Physical health issues can be painful reminders for crime victims. Victims may be seriously or permanently injured following a crime, and these injuries may prevent them from going to work or performing other day-to-day activities.
Victims of may suffer from mental health issues resulting from their victimization. Specifically, victims of a violent crime, such as assault and robbery, have reported feelings of distress, problems with work or school, and problems with family members and friends that include more arguments and an inability to trust them.
It is also critical to be aware of the mental health of victim service providers and first responders. Research shows that vicarious trauma, when left unaddressed, can lead to staff burnout, turnover, stress, and a lesser quality of services for victims. OVC’s Vicarious Trauma Toolkit offers guidance to help organizations strengthen their ability to address work-related exposure to trauma.
The following resources provide information on physical and mental health.
PTSD as defined in the Diagnostic and Statistical Manual of Mental Disorders, 5, is a psychological reaction that occurs after experiencing a highly stressful event outside the range of normal human experience. PTS symptoms can happen without a full diagnosis of PTSD; the disorder is diagnosed when a number of the following PTS symptoms last longer than 1 month following a traumatic event:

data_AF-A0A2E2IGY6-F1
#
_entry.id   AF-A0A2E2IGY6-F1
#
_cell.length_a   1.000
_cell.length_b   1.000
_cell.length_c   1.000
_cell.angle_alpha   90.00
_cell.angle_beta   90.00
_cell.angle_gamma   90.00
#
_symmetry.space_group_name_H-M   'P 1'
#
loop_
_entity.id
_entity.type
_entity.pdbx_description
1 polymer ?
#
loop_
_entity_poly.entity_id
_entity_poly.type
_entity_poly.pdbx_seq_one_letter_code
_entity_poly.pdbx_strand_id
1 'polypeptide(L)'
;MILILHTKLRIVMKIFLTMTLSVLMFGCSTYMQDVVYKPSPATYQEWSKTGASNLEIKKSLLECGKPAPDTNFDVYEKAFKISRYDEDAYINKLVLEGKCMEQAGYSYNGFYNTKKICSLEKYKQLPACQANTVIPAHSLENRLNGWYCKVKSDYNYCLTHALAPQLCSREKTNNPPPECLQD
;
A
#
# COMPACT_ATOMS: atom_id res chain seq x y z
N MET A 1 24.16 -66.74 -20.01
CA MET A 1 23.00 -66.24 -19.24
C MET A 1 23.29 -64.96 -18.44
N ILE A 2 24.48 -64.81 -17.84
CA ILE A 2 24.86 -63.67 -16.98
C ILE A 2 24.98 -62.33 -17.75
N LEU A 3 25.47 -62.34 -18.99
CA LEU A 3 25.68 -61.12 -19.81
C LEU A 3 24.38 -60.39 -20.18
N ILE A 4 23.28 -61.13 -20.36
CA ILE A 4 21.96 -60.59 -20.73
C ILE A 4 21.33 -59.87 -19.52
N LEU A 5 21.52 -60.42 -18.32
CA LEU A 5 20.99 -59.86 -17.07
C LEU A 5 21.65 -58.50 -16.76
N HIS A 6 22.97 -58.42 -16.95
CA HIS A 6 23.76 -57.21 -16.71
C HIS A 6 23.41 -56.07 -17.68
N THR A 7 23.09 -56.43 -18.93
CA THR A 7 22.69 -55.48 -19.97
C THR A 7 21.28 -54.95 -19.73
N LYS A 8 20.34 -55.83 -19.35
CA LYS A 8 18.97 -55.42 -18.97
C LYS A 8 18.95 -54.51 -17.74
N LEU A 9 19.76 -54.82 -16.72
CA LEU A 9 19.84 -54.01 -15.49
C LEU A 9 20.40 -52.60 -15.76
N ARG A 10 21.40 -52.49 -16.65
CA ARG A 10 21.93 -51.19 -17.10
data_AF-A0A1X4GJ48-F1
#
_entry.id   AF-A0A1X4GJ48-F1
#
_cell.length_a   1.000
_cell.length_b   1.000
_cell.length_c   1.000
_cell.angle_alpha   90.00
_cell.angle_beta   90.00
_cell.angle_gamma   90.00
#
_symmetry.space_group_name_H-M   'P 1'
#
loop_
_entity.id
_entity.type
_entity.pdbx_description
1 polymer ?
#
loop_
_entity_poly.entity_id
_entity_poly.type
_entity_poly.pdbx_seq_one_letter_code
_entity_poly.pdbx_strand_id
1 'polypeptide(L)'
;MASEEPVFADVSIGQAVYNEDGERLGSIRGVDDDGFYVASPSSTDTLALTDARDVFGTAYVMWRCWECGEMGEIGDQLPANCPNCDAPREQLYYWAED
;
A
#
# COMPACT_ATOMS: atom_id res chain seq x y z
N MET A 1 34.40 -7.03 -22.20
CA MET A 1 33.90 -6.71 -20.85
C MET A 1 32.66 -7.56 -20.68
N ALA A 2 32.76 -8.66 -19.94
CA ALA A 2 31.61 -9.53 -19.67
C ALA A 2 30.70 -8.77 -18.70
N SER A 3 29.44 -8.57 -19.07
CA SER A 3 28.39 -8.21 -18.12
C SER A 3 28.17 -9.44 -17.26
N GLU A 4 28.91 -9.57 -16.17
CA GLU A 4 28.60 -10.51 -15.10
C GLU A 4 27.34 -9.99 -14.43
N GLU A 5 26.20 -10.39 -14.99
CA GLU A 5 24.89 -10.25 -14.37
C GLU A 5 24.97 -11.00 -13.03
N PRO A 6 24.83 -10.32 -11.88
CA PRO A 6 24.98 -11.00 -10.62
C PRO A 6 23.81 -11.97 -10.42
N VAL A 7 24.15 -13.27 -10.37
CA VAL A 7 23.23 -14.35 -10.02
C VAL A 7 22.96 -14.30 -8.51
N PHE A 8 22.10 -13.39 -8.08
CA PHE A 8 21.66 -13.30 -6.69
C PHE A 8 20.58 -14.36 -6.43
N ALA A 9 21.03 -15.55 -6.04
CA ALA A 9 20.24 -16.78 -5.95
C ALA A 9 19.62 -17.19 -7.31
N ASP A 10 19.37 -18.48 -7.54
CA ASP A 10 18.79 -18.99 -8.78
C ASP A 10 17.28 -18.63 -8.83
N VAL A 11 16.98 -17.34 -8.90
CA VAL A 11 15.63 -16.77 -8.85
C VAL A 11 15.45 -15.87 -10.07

- Re-experiencing or spontaneous memories and recurrent dreams of the traumatic event, flashbacks, or other intense or prolonged psychological distress.
- Avoidance of distressing memories, thoughts, feelings, or external reminders of the event.
- Negative cognitions and mood, including myriad feelings such as a persistent and distorted sense of blame of self or others, estrangement from others, markedly diminished interest in activities, and/or an inability to remember key aspects of the event.
- Arousal marked by aggressive, reckless, or self-destructive behavior; sleep disturbances; hypervigilance; and other related problems.
For additional information, visit the Physical and Mental Health section of our site.
To view publications and other resources related to the treatment of children who have been exposed to violence, visit the Office of Justice Programs’ Children Exposed to Violence Special Feature. This online resource also provides information on the prevalence of childhood exposure to violence, along with information on prevention.
Also visit the National Institute of Justice’s CrimeSolutions.gov website. CrimeSolutions.gov provides evaluations of justice-related programs and practices, including programs aimed at working with children exposed to violence.